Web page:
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Tempsford Bridge

Tempsford Bridge about 1820 from a painting by Fisher [X67/934/60]
Tempsford Bridge about 1820 from a painting by Fisher [X67/934/60]

Tempsford Bridge, which lies partly in the parish of Roxton, was listed by the former Department of Environment in October 1966 as Grade II, of special interest. The bridge and its attendant flood bridges was designed by James Savage and built by Johnson and Sons, ending in 1820. The bridge is Mostly constructed of dressed sandstone quarried at Sandy, but the cutwaters, arches and south face band of the river bridge are of Bramley fall stone. The river bridge is about 50 metres long and 10 metres wide, with three broad segmental arches with projecting keystones and cutwaters both up and downstream. A round arched bridlepath tunnel lies on the east bank. Flood bridges lie to west and east, both are similar to main bridge but with seven smaller and lower segmental arches.

In their Bridges of Bedfordshire, published in 1997 as a monograph of Bedfordshire Archaeology, Angela Simco and Peter McKeague state that there was a ford at this point of the River Great Ouse in the early 10th century. In 1675 river navigation, until that point only as far as Great Barford was opened up as far as Bedford and the increasing traffic found the ford difficult to deal with. The solution, a staunch below the ford, kept the channel clear but resulted in flooding of the fields to either side and made the ford harder to use by wheeled traffic.

In 1725 the road from Bedford to the Great North Road (today’s A1) became a turnpike. Tolls were taken to help maintain the road, which was run by a group of trustees. One of their first resolutions was to build a bridge across the Great Ouse at Tempsford [X261 page 3]. No bridge was built until the Turnpike Renewal Act of 1736 was passed, allowing trustees to raise capital. A six arch wooden bridge designed by Thomas and Edward Franks was then built for £430 [X261 page 147] and completed in the late summer of 1736. In 1770 the approach road to the bridge was raised on a causeway which had three flood arches let into it.

By 1814 responsibility for the bridge had passed from the turnpike trustees to the Quarter Sessions and in that year Bedford architect John Wing reported the bridge unsafe [QBM1, 68]. The “Bill for rebuilding Tempsford Bridge in the County of Bedford” [H/WS1190] notes that by this stage the old wooden bridge was “in great decay, broken and ruinous”. The bill went on: “and whereas the said bridge is constructed of Timber, with an elevated causeway, and dangerous for Passangers and Carriages, … it would be of considerable public utility if a new bridge were to be built near the said present bridge, and the present Bridge taken down and removed”.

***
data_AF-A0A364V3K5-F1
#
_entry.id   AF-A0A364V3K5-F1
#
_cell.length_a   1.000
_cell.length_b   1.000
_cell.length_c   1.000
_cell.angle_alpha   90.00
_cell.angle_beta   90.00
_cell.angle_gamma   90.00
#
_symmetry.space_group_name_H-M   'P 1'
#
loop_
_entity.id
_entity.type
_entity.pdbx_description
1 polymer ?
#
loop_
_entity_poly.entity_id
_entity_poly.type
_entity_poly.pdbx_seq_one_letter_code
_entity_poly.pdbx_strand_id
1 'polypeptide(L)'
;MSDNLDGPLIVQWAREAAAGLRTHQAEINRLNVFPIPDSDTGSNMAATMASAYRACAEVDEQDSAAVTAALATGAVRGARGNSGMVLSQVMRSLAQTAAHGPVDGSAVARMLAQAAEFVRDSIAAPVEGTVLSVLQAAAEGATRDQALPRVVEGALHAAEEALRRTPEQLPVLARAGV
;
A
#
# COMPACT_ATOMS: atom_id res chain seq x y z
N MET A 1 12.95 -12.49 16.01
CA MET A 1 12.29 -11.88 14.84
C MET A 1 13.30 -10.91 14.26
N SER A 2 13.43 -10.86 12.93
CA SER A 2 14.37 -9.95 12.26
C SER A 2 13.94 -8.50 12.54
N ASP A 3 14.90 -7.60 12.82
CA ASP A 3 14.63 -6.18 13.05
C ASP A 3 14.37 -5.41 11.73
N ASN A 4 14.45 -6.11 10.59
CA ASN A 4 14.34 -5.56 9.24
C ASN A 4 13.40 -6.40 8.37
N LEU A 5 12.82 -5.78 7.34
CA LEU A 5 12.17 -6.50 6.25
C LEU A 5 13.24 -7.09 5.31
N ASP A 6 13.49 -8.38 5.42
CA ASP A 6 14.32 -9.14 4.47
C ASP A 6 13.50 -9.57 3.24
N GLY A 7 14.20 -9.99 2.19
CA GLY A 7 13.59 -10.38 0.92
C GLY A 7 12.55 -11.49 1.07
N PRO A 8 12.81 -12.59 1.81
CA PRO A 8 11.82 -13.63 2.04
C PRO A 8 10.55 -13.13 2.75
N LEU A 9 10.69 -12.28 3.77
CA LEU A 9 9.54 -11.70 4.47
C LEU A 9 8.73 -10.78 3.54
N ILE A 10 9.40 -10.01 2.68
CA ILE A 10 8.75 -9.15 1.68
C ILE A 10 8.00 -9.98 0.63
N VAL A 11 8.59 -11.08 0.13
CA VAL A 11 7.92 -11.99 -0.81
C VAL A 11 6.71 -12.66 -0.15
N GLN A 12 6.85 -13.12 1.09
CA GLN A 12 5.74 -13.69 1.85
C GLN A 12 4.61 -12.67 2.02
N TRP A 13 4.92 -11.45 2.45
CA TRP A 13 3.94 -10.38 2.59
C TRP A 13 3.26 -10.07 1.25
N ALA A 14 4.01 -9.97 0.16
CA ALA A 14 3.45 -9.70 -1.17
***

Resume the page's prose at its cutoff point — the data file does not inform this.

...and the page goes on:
Robert Salmon drew up plans for a stone bridge to Wing’s specification [PB5/5-6]. This would have cost £17,850. The Quarter Sessions invited Wing to enter a cheaper design, which he did. At £15,090 this was still far too expensive and alternative designs were advertised for. The winning design, by James Savage, ran in at just £7,300 [PB5/1-4].

Unfortunately, the selected contractor, William Allen of London, was tardy in his work and, although begun in 1815 (following royal assent of The Act for rebuilding Tempsford Bridge [H/WS1192])by 1817 the bridge was still far from completed, the builders were also constructing the new road along a different alignment to that called for in the plans. By 1818 the relationship with the contractors had broken down irretrievably and Johnson was brought in the following year, completing the bridge in 1820 [H/WS1849].

In 1827 the woodwork on the bridge was painted white [QBM1 page 204]. A number of repairs have been carried out on the bridge. These were initially undertaken by the Quarter Sessions but, from 1889 by the newly formed Bedfordshire County Council. Major repairs took place in 1994.

Tempsford Bridge about 1920 [Z1306]
Tempsford Bridge about 1920 [Z1306]